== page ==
Why is Dan Gilmor “saying goodbye to Apple, Google and Microsoft and putting more trust in communities than corporation”? The main reason why Gilmor is doing it is because of a basic notion: “We are losing control over the tools that once promised equal opportunity in speech and innovation—and this has to stop.” I personally use Apple and Google a lot but this doesn’t mean that I don’t agree with Gilmor. Because yes, the frightening truth is that companies and government are using these tools to destroy our privacy, limit our freedom of expression, and lock down culture and commerce. Problem is, most of the time we give them our permission, without even knowing that we are doing so.
    The author went back and forth during his career using Microsoft then Apple Macintosh to be now one of the few people who are not using a Mac but who uses harware based on community values, not on corporate ones. The journalist has now a ThinkPads T440s using Ubuntus, which supports lots of hardware. Microsoft office is remplaced by LibreOffice and Gmail Google by Mozilla Thunderbird. Basically, the author shows that all the functions that we are using with Microsoft or Apple have substitutes in these other hardware.
    The author shows evidences that, even though there are substitutes for Apple and Microsoft, we collectively seem to prefer convenience to control. The author finished the article by asking one last time for people to make an effort and embark on this journey with him to find ways to take control for themselves and their privacy. His article and request made me think. I understand the message that the author is giving and even though I am not ready to make such a transformation at the moment, I do believe this is definitely something to think about. It is more and more complicated to control the access that many entities have over private information.

  33. Christopher Auer March 26, 2015 at 2:15 am #

    Gillmor does bring up some good points in his article, but at some points it feels like he is taking things a bit too far. He seems like he is forcing this idea that Apple, Google, and Microsoft are programs and operating systems that we should not use. They are great and reliable, but do restrict the user. I do not think it is a good idea to disregard them all together and say goodbye. It is possible to limit ourselves with how much we decide to share with them as users. If you feel they are asking for too much and are being controlling, just back off. No one has to give in to the powerful grip that Apple, Google, and Microsoft has on society, but it would be very hard. They are dominant companies that, in the end, provide reliable services

  34. Bridget Tighe May 21, 2015 at 2:39 pm #

    Dan Gillmor expresses the negative aspects of Apple, Google, and Microsoft. He explains why he no longer uses their software. He talks about how he uses a laptop that runs on GNU/Linux, and his phones and tablets run on Cyanogenmod. His main concern is the privacy issues and that he does not trust these companies. Gillmor believes that they sell users private data to other companies and argues that the general public is blind to it. This is false because it is a well-known fact that collected data on our computers and smart phones are sold to companies in order to make a more personal advertising campaign. It is also easily avoidable by making adjustments on your computer and phone and clearing out your cookies on your computer.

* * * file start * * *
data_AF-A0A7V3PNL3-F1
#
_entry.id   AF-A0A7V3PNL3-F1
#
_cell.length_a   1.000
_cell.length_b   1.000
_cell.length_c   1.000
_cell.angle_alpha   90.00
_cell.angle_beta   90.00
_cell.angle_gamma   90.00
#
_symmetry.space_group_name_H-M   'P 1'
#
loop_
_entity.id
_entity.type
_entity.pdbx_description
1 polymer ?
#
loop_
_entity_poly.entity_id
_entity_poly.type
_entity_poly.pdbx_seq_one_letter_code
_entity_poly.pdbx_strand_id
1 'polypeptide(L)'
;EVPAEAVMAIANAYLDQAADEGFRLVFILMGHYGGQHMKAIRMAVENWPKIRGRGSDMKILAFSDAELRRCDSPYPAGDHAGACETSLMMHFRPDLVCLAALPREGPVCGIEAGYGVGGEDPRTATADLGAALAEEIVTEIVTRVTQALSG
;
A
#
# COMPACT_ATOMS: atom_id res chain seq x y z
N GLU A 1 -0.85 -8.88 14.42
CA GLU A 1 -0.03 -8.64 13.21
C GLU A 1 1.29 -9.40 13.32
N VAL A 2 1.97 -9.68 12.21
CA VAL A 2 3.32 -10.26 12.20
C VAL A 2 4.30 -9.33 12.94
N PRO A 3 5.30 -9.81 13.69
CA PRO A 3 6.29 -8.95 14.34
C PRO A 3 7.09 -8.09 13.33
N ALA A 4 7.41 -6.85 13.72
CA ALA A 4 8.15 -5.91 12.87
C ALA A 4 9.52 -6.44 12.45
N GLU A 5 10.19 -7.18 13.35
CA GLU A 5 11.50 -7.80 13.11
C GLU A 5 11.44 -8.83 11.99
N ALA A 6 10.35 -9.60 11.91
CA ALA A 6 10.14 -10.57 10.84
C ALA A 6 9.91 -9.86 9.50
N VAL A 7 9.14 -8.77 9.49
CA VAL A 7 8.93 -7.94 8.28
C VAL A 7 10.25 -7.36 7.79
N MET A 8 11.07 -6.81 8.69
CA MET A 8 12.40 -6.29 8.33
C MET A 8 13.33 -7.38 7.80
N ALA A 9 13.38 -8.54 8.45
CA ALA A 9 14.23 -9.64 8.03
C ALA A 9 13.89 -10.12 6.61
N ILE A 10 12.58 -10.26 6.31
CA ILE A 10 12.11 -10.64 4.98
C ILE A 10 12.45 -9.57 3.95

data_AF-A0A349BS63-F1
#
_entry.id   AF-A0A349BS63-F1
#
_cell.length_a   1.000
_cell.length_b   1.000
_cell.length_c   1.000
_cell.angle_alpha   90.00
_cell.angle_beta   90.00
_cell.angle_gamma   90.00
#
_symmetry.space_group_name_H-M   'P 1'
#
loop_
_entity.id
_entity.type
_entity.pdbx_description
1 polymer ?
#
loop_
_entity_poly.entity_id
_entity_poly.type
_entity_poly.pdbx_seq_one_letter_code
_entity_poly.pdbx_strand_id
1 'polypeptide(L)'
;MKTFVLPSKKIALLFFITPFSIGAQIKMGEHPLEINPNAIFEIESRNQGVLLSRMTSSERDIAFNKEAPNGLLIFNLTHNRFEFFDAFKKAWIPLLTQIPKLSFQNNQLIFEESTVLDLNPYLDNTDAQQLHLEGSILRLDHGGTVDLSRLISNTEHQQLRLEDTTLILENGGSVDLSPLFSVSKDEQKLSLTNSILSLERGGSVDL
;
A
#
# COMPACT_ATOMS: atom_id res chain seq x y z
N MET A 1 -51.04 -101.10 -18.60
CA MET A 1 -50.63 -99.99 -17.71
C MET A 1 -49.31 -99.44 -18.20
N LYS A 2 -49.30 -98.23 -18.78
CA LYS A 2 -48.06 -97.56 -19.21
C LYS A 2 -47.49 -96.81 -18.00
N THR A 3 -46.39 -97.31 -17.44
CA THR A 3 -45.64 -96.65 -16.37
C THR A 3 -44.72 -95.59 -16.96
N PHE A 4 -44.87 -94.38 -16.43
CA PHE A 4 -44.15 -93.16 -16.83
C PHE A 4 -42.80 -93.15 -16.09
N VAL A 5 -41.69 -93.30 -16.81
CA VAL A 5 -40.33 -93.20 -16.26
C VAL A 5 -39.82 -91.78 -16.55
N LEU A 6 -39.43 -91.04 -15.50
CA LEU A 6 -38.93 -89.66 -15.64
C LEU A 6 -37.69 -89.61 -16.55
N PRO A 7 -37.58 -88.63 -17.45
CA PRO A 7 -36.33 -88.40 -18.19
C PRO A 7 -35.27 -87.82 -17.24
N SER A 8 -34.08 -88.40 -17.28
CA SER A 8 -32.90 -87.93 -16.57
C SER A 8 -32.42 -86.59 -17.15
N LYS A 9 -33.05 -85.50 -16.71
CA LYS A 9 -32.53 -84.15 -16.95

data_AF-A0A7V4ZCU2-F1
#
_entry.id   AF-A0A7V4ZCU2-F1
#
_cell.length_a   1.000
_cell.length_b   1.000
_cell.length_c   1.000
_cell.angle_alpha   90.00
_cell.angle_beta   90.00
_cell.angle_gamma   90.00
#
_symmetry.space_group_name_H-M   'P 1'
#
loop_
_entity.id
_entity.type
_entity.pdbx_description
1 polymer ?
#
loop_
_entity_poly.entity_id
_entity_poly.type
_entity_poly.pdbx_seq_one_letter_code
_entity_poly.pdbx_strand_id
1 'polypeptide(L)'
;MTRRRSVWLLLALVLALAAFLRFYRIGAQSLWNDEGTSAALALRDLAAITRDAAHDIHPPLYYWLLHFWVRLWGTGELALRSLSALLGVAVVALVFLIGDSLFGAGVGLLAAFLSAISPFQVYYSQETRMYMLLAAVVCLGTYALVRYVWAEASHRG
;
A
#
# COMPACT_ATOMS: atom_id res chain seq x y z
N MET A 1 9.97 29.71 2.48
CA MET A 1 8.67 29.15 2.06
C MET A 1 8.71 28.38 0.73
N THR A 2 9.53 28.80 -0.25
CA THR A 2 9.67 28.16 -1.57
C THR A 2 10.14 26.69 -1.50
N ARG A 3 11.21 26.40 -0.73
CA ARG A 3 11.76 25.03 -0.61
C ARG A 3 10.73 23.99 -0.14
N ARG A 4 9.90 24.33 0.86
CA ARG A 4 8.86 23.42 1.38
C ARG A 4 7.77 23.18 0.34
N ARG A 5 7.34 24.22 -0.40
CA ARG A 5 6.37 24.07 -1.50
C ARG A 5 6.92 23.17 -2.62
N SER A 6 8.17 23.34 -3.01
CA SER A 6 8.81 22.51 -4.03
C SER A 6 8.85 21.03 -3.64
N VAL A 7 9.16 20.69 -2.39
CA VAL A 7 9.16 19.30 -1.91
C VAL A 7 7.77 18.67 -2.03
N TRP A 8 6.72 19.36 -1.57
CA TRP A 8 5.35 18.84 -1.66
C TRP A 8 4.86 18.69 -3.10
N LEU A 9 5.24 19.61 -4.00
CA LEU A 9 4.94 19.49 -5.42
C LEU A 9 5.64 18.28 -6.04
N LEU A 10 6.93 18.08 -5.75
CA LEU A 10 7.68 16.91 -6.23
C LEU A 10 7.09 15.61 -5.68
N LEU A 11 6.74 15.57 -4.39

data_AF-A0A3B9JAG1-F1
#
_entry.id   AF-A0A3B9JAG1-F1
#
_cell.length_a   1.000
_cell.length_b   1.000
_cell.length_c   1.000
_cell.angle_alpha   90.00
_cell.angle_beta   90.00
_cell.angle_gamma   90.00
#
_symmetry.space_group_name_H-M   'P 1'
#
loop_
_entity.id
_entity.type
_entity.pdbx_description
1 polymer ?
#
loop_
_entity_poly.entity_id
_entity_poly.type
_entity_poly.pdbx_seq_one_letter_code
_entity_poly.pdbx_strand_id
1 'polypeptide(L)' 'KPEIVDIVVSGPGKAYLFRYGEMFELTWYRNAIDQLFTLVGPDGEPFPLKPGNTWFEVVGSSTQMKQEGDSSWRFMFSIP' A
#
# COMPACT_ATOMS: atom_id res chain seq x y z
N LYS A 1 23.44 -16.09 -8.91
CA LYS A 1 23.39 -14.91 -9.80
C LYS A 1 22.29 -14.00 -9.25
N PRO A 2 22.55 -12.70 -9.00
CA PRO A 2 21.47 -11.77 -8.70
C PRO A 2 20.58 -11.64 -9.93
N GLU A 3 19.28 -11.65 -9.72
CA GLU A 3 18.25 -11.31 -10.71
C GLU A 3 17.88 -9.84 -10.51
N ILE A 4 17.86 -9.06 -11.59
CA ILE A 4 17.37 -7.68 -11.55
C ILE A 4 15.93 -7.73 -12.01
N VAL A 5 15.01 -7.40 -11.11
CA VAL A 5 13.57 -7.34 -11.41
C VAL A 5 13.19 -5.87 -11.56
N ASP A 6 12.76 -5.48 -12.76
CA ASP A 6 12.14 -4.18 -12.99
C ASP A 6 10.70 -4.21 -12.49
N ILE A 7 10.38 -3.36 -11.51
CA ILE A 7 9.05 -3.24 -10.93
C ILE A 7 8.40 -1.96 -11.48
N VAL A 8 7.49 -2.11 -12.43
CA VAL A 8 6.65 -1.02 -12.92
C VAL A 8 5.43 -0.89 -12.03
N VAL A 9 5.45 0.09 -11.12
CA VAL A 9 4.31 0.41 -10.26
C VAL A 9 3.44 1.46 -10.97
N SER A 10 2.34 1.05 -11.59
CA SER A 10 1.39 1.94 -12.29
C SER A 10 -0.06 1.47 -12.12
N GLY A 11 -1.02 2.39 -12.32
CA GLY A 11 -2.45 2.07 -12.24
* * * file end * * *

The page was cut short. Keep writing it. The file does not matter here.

I honestly always thought that you either got a Windows phone or computer, or you got an Apple. I never realized that there were people who aggressively opposed the larger name brand companies. I personally have never thought of using other programs nor do I want to. I have a MacBook and I absolutely love it. I have an iPhone and absolutely love it. Even if other softwares do the same things, there is a reason that Windows and Apple made it so big. It is because their technology is better, plain and simple. Yes other softwares can do the same things, but they cannot do it as well.
    I think that the author is being a little dramatic in his article. Yes it is true that companies can track your data usage. But they are at least gearing their marketing efforts to a more personal level. The ads may be annoying, but that is the price you pay for using data and the internet anyway. So why not see an ad that actually might be relevant to you. Also, like I said before it is also fixable. Privacy is important, but the Internet and data usage were never meant to be private. They are meant for sharing information with people around the world, and now companies have just found a way to utilize it too.

  35. Edward Rebmann November 1, 2015 at 3:40 pm #

    It is interesting that Mr. Gillmor starts his article by saying how he always urged his readers to avoid articles that fervently promoted one operating system over another, but then goes on to write a lengthy article about his preference for one operating system over others. Personally, I prefer Windows but I am not aggressive towards those with other operating systems. It appears that Mr. Gillmor shares my sentiment that it is fine for others to use whatever suits them best, but unlike me Mr. Gillmor’s tone is more derisive towards users of other operating systems. He repeatedly states that this is simply how feels about the state of technology, but then continually reminds us that these businesses mine our data due to our ignorant use of Windows, Apple, and/or Google products. The point that is being made, however, is that Mr. Gillmor prefers to use Linux over the traditional operating systems.